Family Dental Care Through the Years

DATE: May 12, 2017 
AUTHOR: Jen Collins,RDH

Family dental care is rewarding, especially as you watch patients grow up in your practice. However in a family practice, your patients can be at very different points in their lives. The care you provide for a small child is different to the care you would provide for a teenager or an adult. Here are some tips on how to start patient relationships on the right foot, instill life-long good habits and foster great relationships that will thrive for years, or even decades!


Preparing patients for their first visit is important for a successful family dental care visit. Asking many questions and gathering information will help in making your patient feel most comfortable. Encourage young children to brush their teeth and then show them with a mirror how you can help them achieve a healthy smile.

Once they reach age 10 and older, kids become more independent. At this age, ask young patients to show you how they brush. Now that they don't necessarily have their parents watching over their shoulders during their twice-daily oral care routine, it is key for pre-teens to learn how to brush and floss on their own.


Providing treatment to adolescents brings with it several challenges in communication, especially due to teens' short attention spans and tricky attitudes. Providing family dental care to this particular age group often means keeping instructions short and to the point. Showing adolescents home care via technology, such as Gum Health Physical, will easily provide a quick, thorough explanation of your findings. The teenage years are also a great time to be on the lookout for any areas of concern, such as erosion.


Dental care during adulthood can come with many challenges since age, medications and your patients' history of complex dental issues have an impact on their oral health and the care they need.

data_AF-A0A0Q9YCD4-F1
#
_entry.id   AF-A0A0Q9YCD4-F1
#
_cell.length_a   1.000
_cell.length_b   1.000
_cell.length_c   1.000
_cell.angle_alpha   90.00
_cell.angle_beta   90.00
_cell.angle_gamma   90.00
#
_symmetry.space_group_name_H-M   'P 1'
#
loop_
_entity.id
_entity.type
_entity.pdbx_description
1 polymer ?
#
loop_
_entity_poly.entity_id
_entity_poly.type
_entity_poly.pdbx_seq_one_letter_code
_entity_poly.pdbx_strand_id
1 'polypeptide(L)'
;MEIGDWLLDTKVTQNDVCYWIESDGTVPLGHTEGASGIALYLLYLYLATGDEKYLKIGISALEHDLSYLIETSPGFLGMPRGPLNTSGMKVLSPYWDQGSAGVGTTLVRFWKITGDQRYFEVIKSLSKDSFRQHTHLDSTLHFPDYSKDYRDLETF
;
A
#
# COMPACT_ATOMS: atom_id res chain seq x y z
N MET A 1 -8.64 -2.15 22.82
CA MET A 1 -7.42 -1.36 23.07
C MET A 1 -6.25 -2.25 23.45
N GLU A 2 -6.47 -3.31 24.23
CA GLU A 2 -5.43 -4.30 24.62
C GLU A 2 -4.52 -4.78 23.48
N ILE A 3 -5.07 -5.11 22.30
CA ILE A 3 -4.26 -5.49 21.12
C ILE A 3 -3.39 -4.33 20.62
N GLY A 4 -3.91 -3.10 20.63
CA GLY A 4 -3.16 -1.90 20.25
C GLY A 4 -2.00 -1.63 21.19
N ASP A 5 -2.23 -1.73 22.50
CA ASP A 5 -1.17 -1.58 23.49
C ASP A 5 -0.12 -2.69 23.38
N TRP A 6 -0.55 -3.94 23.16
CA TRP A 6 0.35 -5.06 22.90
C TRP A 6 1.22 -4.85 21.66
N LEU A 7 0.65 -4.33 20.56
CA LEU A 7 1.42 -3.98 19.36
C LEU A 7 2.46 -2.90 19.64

Visual representations are helpful for adults. As seen in Dimensions of Dental Hygiene, digital dental imaging is one of the best patient education tools. Using images to document plaque, calculus, decay and more is important for patient acceptance of conditions and treatment. For example, an intra-oral camera is a perfect way to show poor oral hygiene. When patients see their teeth on a big screen, they often want to know how they can improve their current home care routine. Having the patient "co-diagnose" is a positive motivator for improved oral health.

And as patients age, especially when they're over 60, taking even better care of their teeth is vital, according to the American Dental Association. Many patients take at least one prescription medication which, depending on the medication, means the patient may have xerostomia and therefore be at greater risk for dental caries. Having an understanding of your patients' overall health is necessary to be able to offer them the best care.

The Whole Family

When you see the same people every six months or so, you have a really great opportunity to understand patients. If you take care of the father, you can use that knowledge to keep tabs on his son's oral health. Your patients love sharing their lives outside the office. Through their stories and updates, you catch a glimpse into all kinds of milestones: graduations, weddings or the birth of the first grandchild. Helping people and seeing them grow is one of the best rewards of the dental hygiene profession, so try to really foster these relationships.


  • Tailor your education techniques to your patient's age to instill life-long good oral care habits.
  • Use visual representations and demonstrations to encourage good oral hygiene.
  • Stand back and appreciate all the great work you do and how you help your patients over the years!

Why It's Valuable

Providing excellent care not only improves patients' oral health, it helps to result in patients of all ages following your recommendations thanks to positive and helpful dental appointments.